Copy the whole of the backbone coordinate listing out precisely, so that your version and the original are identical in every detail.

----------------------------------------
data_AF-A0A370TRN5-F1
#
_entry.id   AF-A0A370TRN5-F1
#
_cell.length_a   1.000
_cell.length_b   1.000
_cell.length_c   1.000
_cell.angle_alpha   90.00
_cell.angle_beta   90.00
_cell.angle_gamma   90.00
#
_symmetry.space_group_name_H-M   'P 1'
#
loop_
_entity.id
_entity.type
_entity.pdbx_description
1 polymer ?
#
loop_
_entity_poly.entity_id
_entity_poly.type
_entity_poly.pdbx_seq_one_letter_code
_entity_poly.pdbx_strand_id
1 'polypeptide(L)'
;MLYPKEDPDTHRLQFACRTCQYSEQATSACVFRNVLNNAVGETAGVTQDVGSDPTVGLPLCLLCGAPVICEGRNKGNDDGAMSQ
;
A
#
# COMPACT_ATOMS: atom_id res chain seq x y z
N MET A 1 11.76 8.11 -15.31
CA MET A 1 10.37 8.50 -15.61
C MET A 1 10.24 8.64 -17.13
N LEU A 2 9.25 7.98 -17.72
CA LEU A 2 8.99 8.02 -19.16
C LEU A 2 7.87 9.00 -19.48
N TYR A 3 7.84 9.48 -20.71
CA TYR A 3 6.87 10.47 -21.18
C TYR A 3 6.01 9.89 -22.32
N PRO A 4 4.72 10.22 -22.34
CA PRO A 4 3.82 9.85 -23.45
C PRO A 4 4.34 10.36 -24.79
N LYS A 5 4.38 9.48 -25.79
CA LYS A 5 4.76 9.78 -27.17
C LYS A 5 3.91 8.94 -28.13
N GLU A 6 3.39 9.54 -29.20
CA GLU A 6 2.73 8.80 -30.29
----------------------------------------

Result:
data_AF-A0A370TRN5-F1
#
_entry.id   AF-A0A370TRN5-F1
#
_cell.length_a   1.000
_cell.length_b   1.000
_cell.length_c   1.000
_cell.angle_alpha   90.00
_cell.angle_beta   90.00
_cell.angle_gamma   90.00
#
_symmetry.space_group_name_H-M   'P 1'
#
loop_
_entity.id
_entity.type
_entity.pdbx_description
1 polymer ?
#
loop_
_entity_poly.entity_id
_entity_poly.type
_entity_poly.pdbx_seq_one_letter_code
_entity_poly.pdbx_strand_id
1 'polypeptide(L)'
;MLYPKEDPDTHRLQFACRTCQYSEQATSACVFRNVLNNAVGETAGVTQDVGSDPTVGLPLCLLCGAPVICEGRNKGNDDGAMSQ
;
A
#
# COMPACT_ATOMS: atom_id res chain seq x y z
N MET A 1 11.76 8.11 -15.31
CA MET A 1 10.37 8.50 -15.61
C MET A 1 10.24 8.64 -17.13
N LEU A 2 9.25 7.98 -17.72
CA LEU A 2 8.99 8.02 -19.16
C LEU A 2 7.87 9.00 -19.48
N TYR A 3 7.84 9.48 -20.71
CA TYR A 3 6.87 10.47 -21.18
C TYR A 3 6.01 9.89 -22.32
N PRO A 4 4.72 10.22 -22.34
CA PRO A 4 3.82 9.85 -23.45
C PRO A 4 4.34 10.36 -24.79
N LYS A 5 4.38 9.48 -25.79
CA LYS A 5 4.76 9.78 -27.17
C LYS A 5 3.91 8.94 -28.13
N GLU A 6 3.39 9.54 -29.20
CA GLU A 6 2.73 8.80 -30.29